Developing For Office – Options and Trade-Offs

Some of you have been asked to develop applications to develop on and extend Excel, Word, etc. What is the best approach given the tools Microsoft has to offer? Read this blog entry and find out.


Notice that you have three main choices. Each of these choices has pros and cons. I’d like to see you make the best choice. The devil is in the details and I will attempt to address the tradeoffs.

Traditional VBA has been around since day one. This dates back to all the way to the early nineties.

VSTO really hit its stride and office 2007. It probably represents the best option moving forward today. It tries to be all things to all people.

The COM Add-In is probably the most powerful, yet the most difficult option of the three. All three options are addressed here.


Traditional VBA relies on the built-in tooling of the Office products. If you are running an Office application, you have access to some built-in tooling to create form based applications. This tooling is not terribly sophisticated, but does offer some basic capabilities.


One of the limitations is that your code and user interface is locked in a specific document, like an Excel spreadsheet or a Word document. In other words, it has to be embedded into every document in which the user will interact with. Your programming logic and user interface is not easily shared among multiple documents.

Another limitation is that the VB language is very simplistic. The power of c# and VB .NET is not available to you.


As stated previously, the developer tools are built and directly into the office application, whether we are talking about Excel, Word, or PowerPoint. Also, there is no need to install the .NET framework 3.5. You can create stand-alone forms, but not the task panes, which is explained shortly. Database connectivity is still possible by leveraging standard ADO.NET constructs.


However, a huge limitation is communicating with SharePoint. You will be unable to read SharePoint lists.

You will also be limited in your graphics and charting capabilities. Finally, all your coding and user interface code is locked into specific documents and cannot be shared with other Office documents.


The graphic below illustrates task panes, which are not available with traditional VBA, but is available within VSTO.

You can read more about task panes here.

Creating Custom Task Panes in the 2007 Office System


One of the big advantages of VSTO is the ability to leverage WPF, which gives you almost unlimited power when it comes to rich graphics and media.

Note the link below to learn more about windows presentation foundation.

Windows Presentation Foundation (WPF)

Be aware, however, that you need to deploy the .NET framework 3.5. Luckily, this can be done easily using group policy. You can read more about the group policy here:

Once you are in the realm of VSTO, you have access to powerful programming languages that go way beyond what is possible with VBA.

If you are a .NET developer, you know what I am talking about here.


If your goal is to leverage SharePoint, VSTO is an ideal path to take. Moving forward, Microsoft is committed to providing an excellent programming model to interact with a SharePoint site from within an Office application. VSTO is the defacto standard to integrating SharePoint with Office applications.


Many of you are already aware of the ribbon as being the ideal interface for your users to interact with your applications. The ribbon is highly programmable and you can do virtually anything from within it, including adding buttons, text boxes, or any other control that suits your fancy.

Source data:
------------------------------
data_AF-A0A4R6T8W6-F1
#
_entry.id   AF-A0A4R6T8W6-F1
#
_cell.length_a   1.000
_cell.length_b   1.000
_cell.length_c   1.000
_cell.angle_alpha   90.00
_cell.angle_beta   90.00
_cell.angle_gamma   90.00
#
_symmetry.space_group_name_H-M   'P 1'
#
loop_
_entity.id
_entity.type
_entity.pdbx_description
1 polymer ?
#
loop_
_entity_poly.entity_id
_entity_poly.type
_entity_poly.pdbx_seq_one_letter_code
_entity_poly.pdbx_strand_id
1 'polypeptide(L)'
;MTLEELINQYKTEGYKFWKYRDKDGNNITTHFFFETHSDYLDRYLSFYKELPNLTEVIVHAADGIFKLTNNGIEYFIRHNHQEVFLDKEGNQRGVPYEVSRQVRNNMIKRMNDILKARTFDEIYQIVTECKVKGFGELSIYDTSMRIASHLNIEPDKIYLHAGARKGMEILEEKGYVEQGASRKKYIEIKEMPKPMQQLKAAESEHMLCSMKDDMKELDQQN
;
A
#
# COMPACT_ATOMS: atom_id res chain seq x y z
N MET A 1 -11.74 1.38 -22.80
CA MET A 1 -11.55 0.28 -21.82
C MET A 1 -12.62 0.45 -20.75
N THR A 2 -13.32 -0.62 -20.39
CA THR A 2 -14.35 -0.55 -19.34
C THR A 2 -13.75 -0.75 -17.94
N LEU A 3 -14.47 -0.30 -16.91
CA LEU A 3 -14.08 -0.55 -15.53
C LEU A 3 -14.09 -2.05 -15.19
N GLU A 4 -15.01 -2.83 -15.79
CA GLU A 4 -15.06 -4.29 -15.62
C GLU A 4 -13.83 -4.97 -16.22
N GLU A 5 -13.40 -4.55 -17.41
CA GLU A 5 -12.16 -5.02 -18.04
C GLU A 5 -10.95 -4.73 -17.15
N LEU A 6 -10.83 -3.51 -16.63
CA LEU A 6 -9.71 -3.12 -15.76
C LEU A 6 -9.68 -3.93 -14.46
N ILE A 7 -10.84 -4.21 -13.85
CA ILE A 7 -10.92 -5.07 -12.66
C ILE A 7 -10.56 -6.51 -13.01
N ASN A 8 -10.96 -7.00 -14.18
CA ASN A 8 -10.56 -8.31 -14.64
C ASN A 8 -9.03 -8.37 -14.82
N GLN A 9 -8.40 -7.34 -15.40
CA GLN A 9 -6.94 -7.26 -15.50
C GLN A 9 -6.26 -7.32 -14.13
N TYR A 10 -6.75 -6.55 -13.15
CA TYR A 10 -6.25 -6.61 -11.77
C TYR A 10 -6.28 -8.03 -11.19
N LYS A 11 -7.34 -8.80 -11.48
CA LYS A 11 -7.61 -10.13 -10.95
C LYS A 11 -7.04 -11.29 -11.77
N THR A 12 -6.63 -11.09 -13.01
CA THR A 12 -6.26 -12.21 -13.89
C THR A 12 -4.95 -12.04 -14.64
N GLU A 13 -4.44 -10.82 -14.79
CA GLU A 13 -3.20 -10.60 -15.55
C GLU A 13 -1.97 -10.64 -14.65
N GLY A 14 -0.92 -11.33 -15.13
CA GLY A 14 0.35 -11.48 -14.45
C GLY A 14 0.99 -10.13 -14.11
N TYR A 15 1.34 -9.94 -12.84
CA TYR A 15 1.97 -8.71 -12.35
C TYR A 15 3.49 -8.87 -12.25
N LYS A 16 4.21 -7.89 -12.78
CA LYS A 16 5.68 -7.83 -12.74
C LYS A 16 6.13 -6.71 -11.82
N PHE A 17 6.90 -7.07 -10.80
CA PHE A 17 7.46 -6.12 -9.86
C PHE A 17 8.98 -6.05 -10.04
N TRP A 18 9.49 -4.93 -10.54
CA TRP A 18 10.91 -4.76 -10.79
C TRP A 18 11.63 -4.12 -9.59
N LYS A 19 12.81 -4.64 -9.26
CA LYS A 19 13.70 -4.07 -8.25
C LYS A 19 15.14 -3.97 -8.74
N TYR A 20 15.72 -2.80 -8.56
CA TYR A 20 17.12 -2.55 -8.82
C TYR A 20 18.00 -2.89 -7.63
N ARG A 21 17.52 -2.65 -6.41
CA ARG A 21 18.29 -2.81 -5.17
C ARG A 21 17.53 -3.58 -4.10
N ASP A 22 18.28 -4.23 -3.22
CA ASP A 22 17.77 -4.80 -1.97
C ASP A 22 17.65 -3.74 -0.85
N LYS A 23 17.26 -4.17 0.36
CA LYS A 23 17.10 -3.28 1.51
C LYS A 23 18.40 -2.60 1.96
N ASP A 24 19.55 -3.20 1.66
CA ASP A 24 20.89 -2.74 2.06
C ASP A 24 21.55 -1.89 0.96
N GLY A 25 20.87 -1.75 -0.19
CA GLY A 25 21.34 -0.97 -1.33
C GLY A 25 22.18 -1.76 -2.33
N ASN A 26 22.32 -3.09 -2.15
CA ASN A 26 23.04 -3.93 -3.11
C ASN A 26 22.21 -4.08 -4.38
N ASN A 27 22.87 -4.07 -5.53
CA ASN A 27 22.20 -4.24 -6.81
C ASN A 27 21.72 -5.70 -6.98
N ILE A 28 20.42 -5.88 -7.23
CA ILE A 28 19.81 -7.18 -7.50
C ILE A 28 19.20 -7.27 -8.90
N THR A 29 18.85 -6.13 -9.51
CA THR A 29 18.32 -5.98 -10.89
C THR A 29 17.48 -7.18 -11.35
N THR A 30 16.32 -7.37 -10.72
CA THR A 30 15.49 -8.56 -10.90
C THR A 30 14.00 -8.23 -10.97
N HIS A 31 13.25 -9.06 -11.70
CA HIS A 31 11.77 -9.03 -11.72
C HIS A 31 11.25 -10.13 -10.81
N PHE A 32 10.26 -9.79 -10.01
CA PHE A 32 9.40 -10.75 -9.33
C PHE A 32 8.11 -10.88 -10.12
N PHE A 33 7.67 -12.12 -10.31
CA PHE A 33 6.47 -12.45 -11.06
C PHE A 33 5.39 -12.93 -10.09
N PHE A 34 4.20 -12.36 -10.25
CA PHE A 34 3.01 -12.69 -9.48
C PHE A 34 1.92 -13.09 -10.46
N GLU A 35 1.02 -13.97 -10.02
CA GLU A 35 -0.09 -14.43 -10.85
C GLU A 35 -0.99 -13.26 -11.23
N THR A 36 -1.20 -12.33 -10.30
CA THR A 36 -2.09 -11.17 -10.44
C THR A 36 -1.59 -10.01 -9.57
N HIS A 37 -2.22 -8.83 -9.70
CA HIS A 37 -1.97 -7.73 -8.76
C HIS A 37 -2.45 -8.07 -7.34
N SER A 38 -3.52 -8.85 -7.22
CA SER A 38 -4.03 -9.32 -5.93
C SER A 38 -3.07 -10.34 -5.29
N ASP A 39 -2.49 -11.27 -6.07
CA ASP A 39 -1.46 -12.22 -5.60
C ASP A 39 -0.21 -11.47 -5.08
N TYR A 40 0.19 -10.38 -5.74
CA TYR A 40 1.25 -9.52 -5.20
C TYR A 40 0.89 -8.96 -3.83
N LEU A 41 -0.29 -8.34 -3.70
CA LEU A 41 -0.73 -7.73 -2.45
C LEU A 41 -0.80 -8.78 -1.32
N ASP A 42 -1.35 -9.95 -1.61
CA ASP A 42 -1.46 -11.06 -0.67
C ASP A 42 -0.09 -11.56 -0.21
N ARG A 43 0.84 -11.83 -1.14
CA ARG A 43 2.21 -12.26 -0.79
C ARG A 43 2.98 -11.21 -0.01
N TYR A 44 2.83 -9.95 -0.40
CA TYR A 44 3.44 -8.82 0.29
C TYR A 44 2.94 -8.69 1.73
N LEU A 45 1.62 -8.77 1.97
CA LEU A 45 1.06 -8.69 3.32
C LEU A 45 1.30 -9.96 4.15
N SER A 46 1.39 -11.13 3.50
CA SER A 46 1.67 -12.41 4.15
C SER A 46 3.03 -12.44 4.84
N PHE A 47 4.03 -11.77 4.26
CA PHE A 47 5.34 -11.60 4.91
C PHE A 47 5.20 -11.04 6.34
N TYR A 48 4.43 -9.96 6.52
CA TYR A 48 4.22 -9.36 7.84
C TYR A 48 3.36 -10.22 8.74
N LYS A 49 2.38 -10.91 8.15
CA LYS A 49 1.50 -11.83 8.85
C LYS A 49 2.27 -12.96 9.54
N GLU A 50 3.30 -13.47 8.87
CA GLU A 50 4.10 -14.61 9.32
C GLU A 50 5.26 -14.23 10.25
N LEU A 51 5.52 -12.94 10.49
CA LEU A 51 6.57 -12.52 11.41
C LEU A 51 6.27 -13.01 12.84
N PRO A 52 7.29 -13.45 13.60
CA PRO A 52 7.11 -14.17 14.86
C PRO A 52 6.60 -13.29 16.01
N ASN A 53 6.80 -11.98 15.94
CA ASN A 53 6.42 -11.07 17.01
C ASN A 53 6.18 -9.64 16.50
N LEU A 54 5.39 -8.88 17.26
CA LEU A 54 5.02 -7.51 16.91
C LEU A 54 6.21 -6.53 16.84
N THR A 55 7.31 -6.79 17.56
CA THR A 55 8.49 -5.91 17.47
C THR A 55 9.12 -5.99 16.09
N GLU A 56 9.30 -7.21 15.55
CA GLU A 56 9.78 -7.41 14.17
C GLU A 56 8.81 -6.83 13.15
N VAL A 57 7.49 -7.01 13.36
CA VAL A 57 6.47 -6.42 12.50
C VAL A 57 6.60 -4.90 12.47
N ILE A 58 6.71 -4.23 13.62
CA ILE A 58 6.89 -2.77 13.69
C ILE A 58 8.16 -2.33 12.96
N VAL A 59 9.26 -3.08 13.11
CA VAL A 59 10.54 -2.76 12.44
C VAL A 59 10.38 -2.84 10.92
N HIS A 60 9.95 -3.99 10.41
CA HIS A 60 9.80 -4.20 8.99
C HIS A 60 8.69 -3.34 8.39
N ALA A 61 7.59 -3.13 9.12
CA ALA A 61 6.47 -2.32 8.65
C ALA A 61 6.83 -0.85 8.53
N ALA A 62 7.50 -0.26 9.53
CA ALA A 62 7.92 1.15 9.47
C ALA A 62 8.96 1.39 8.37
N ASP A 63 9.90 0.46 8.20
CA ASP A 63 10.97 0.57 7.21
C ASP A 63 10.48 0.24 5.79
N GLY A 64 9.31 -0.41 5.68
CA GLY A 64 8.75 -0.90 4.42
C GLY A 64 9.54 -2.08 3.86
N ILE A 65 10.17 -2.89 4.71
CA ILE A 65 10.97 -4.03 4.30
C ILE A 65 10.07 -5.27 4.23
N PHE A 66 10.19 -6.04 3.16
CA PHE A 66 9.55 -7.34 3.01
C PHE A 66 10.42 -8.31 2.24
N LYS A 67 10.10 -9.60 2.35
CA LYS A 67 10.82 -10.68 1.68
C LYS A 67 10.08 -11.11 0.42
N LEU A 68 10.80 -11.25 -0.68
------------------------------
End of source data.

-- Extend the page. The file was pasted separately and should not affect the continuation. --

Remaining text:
Another advantage of using VSTO is that your code and user interface can be shared among multiple Office documents. You have the flexibility of choosing whether your code is tied to a document or whether it is tied to an application, such as Excel. Moreover, your application can be deployed using ClickOnce technologies.

ClickOnce deployment allows you to publish Windows-based applications to a Web server or network file share for simplified installation. Visual Studio provides full support for publishing and updating applications deployed with ClickOnce. ClickOnce deployment is available for projects created with Visual Basic, Visual C#, and Visual J#, but not for Visual C++.

You can read more about ClickOnce here:


Because of all the capabilities within VSTO, you will likely end up with more code than your VBA equivalent, perhaps as much as three times more. But you will probably have four times more capabilities than VBA.


Now if you love C++ and you want to enjoy the ultimate power and control, then developing a C++ COM Add-In might be the path you should take. At this point, you would be talking directly to the Office DLLs and bypassing the need for the .NET framework. So the advantages are clear. You can do almost anything without the need for the .NET framework. So, if you are in the business to sell your Office Automation component, this might be the correct option.

However, nothing is free and you are likely to write a ton of C++ code.


Which option makes the most sense to you depends on your usage scenario. The guidance above is an excellent starting point so you can consider the best option for your problem domain. VSTO and represents the middle ground and succeeds at offering the most functionality for your development efforts. Moving forward this technology will continue to integrate deeply with SharePoint and provide you with an excellent roadmap.


For further resources note of the links below. It also makes sense to consider some basic prototypes before making your final decision. Remember what grandpa I used to say, “measure twice but cut once.”


Thanks for reading and good luck!

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